I help organise a monthly social for the London Java Community and am always on the lookout for way to get our members talking. One of the ways we do this at the social events is to have greeters, to help our new (to the event) members find people who know about the things they are interested in.
In a moment of creativeness, I also thought about having posters on the wall of the social event, so people can see what other members are interested in talking about. I thought of kind of a rogues gallery, which kind of lead onto the idea of a western style wanted poster.
I initially drew the poster in MyPaint and saved the concept as a portable network graphics (PNG) file.
I export the mypaint drawing using the transparent background.
Opening the concept drawing in Gimp, I cropped the size of the poster to what seemed to be the right dimensions, then added a suitably (less than happy) mugshot of myself.
I wanted to have a paper feel to the poster and make it raggedy too, so it looked like the poster had been around for a while (as have I). I filled in the background of the poster with a medium dark brown colour, with a little bit of opacity, filling in any gaps in the text that the fill tool missed.
Using the FX-Foundry filters in the Gimp, I used the Texturizer (FX-Foundary > Selection Effects > Texturizer) to apply a paper pattern. Then I added Berchovic Lomo effect (FX-Foundary > Photo > Effects > Berchovic Lomo) to give a glowing boarder to the poster. This made the poster a little too orange around the boarder, so I also applied a Gothic Glow on top (FX-Foundary > Light and Shadow > Gothic Glow).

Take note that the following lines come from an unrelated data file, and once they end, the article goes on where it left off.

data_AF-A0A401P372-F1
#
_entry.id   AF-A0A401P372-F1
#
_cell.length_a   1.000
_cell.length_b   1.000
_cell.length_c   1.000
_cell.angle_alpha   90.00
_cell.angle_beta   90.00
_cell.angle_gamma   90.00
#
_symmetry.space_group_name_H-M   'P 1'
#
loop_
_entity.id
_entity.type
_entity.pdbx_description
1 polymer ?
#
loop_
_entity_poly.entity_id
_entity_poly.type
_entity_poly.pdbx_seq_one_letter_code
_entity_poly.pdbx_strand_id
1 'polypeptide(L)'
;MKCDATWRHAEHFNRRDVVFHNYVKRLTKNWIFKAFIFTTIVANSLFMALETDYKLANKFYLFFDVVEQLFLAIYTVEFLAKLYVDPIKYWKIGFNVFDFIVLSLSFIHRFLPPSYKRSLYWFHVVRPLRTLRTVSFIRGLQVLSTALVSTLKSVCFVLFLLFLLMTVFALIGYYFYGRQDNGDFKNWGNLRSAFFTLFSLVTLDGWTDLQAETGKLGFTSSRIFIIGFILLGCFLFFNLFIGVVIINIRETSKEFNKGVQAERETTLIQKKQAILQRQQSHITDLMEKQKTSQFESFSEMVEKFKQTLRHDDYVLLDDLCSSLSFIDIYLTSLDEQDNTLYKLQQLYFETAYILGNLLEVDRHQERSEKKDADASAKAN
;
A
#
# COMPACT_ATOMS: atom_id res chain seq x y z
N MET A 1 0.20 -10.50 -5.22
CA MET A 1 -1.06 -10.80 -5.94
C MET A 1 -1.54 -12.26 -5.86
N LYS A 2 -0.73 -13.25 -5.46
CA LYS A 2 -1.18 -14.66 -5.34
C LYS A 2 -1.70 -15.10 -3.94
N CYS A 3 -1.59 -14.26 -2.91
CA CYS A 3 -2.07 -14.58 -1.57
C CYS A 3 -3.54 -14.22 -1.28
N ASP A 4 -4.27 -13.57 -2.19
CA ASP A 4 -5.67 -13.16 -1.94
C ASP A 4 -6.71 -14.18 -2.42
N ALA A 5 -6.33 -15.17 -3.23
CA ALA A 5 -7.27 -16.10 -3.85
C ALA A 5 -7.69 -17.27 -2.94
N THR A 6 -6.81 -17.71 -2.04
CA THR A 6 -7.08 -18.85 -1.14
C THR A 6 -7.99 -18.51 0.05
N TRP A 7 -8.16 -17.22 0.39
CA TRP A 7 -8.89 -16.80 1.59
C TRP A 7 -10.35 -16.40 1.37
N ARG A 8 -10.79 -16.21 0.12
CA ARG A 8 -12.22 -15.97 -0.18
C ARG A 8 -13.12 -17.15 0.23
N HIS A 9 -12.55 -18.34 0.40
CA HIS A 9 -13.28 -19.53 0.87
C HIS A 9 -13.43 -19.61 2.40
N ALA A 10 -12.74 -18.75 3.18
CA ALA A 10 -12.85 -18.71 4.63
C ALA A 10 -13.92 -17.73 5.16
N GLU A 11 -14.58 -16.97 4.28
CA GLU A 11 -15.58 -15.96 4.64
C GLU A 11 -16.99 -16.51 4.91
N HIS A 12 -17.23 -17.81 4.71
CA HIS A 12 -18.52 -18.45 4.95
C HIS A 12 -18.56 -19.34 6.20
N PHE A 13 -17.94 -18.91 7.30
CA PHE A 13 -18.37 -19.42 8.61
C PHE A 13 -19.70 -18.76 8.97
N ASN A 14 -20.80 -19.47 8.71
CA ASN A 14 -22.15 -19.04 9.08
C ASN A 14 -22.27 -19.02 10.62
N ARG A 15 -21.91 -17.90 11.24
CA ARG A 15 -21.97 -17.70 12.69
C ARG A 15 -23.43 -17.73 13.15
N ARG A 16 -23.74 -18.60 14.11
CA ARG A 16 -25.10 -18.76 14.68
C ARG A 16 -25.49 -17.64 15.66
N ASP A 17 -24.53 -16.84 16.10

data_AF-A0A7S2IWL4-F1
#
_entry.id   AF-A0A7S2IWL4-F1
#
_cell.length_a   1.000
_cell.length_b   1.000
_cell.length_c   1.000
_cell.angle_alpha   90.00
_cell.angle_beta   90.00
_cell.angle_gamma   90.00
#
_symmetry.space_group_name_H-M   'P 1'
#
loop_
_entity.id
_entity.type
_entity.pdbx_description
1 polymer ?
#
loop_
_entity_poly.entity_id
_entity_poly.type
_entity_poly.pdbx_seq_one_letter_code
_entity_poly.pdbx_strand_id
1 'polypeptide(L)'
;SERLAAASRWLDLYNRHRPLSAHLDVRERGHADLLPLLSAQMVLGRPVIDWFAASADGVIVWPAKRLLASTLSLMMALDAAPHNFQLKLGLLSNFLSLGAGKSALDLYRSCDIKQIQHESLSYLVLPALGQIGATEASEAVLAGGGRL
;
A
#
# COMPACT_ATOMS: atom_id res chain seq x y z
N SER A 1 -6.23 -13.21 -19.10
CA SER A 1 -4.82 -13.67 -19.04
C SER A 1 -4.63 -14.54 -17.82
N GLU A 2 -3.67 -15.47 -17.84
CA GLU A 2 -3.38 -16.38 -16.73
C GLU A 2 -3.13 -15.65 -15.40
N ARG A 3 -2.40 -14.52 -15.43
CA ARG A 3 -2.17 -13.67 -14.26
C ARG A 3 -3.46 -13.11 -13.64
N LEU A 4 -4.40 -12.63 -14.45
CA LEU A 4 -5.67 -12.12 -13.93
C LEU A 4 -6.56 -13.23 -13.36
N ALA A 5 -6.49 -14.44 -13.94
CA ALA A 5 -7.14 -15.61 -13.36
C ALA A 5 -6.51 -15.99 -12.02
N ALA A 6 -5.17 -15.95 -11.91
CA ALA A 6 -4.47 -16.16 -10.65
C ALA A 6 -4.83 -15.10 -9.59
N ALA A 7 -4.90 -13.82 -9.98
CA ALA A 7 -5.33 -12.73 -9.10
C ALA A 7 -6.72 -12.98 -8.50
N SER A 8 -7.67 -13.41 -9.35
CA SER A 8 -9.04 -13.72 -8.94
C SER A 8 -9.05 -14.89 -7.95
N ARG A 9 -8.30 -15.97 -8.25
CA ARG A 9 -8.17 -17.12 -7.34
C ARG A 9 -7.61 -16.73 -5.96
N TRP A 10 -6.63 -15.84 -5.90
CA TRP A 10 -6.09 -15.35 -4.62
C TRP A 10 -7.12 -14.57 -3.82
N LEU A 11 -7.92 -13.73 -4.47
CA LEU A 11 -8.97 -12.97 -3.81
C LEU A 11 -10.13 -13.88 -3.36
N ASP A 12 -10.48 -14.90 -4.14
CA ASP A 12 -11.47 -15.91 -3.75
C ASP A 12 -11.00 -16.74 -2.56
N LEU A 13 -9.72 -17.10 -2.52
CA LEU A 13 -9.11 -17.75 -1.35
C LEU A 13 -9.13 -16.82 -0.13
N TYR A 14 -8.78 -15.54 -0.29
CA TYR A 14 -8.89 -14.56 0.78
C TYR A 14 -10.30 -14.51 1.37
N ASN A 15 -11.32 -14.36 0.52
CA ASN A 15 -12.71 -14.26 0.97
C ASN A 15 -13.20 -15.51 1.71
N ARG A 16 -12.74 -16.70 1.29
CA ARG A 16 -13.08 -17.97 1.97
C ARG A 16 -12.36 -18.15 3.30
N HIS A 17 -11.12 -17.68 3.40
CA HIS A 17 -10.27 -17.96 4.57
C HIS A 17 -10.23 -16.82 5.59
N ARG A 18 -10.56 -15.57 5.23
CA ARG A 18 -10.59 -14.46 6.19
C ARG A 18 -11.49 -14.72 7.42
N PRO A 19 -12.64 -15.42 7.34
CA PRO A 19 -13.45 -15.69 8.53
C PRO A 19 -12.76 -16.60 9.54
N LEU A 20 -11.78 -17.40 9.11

To add some finishing touches to the poster, I saved it in Gimp again as a PNG file and opened the poster in MyPaint. Using the Ink Eraser tool I made the edges look like they has warn away and placed a few holes in the poster. Using a charcoal tool, I coloured around the edges of the holes I made to give them a wear and tear or burnt feel to them.
To finish off I used the spray tool to add a little more ageing to the poster in general and saved the poster. Opening the poster back in Gimp one last time to check the poster is nicely cropped and the poster is done.
From idea to finished poster took about 45 minutes, some of which was deciding what to write on the poster in the first place.
This work is licensed under a Creative Commons Attribution 4.0 ShareAlike License, including custom images & stylesheets. Permissions beyond the scope of this license may be available at @jr0cket